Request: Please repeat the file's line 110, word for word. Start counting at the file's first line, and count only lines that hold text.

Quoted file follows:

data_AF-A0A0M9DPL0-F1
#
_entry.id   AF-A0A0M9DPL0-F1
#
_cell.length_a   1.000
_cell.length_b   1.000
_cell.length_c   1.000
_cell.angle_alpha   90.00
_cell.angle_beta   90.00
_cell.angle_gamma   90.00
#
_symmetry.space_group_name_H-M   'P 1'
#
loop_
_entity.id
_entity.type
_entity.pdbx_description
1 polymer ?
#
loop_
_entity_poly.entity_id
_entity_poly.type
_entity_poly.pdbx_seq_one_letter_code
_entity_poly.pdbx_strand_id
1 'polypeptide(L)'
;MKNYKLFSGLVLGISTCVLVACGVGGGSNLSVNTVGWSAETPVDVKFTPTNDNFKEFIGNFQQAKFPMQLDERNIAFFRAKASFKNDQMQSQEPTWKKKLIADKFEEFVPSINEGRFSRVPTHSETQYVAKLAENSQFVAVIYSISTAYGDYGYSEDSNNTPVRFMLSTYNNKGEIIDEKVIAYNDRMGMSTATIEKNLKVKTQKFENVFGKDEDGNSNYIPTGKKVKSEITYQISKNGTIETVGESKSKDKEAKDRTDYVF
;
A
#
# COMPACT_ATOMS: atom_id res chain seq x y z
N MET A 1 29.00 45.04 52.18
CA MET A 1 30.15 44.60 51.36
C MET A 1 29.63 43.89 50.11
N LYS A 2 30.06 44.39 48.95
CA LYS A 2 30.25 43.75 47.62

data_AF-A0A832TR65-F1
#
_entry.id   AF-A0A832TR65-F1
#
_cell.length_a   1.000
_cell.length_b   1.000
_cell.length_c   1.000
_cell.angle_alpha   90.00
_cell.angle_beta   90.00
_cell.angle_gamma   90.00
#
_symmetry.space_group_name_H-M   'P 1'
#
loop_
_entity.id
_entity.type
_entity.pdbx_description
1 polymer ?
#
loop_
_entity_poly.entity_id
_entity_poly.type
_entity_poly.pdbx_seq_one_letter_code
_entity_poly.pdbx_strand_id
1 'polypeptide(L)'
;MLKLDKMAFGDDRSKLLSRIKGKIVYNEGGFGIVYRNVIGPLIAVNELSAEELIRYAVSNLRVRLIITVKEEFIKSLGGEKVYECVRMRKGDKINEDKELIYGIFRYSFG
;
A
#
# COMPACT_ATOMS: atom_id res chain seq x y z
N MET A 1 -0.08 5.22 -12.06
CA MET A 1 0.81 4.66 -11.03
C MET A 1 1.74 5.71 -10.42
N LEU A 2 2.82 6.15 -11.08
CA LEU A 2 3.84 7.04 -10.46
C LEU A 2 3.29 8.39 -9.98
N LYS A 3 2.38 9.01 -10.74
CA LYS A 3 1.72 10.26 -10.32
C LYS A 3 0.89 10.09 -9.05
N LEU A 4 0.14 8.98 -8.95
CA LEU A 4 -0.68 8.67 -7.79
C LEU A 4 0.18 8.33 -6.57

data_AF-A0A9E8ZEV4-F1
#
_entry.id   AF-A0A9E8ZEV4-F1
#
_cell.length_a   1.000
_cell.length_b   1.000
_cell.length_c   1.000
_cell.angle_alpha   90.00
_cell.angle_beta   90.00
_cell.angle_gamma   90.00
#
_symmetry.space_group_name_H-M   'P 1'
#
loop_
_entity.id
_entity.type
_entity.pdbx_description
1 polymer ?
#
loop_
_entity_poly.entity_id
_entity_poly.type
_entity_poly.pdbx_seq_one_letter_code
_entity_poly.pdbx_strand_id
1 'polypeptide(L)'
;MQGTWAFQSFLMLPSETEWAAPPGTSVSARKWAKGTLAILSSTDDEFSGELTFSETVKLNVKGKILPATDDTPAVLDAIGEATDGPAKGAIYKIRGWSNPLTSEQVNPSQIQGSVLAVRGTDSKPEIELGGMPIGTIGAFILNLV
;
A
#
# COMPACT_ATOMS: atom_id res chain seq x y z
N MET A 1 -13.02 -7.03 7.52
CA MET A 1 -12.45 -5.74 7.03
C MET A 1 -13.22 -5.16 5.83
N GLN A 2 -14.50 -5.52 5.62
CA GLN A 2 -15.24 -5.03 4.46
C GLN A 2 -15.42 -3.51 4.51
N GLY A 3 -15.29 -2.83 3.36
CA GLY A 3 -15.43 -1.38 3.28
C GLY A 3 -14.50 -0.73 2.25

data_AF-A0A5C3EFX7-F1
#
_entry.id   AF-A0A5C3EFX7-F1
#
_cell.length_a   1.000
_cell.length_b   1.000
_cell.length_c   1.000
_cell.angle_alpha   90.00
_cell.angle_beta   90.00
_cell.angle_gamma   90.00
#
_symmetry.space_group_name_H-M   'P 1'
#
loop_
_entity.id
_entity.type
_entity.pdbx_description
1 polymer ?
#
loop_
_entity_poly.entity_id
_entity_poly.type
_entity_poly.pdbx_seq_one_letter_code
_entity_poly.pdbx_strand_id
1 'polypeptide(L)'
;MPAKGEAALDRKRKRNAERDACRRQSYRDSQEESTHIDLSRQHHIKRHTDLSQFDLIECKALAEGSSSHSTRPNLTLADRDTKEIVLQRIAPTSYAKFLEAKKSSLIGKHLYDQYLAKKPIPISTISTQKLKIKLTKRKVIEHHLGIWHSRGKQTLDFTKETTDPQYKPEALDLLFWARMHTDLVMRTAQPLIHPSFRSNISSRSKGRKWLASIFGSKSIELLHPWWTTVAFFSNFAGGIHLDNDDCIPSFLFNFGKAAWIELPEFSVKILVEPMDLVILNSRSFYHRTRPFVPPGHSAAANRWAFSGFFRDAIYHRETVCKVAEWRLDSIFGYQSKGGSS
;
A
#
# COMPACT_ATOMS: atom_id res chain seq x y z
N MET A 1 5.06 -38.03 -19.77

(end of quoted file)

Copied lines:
C MET A 1 -13.22 -5.16 5.83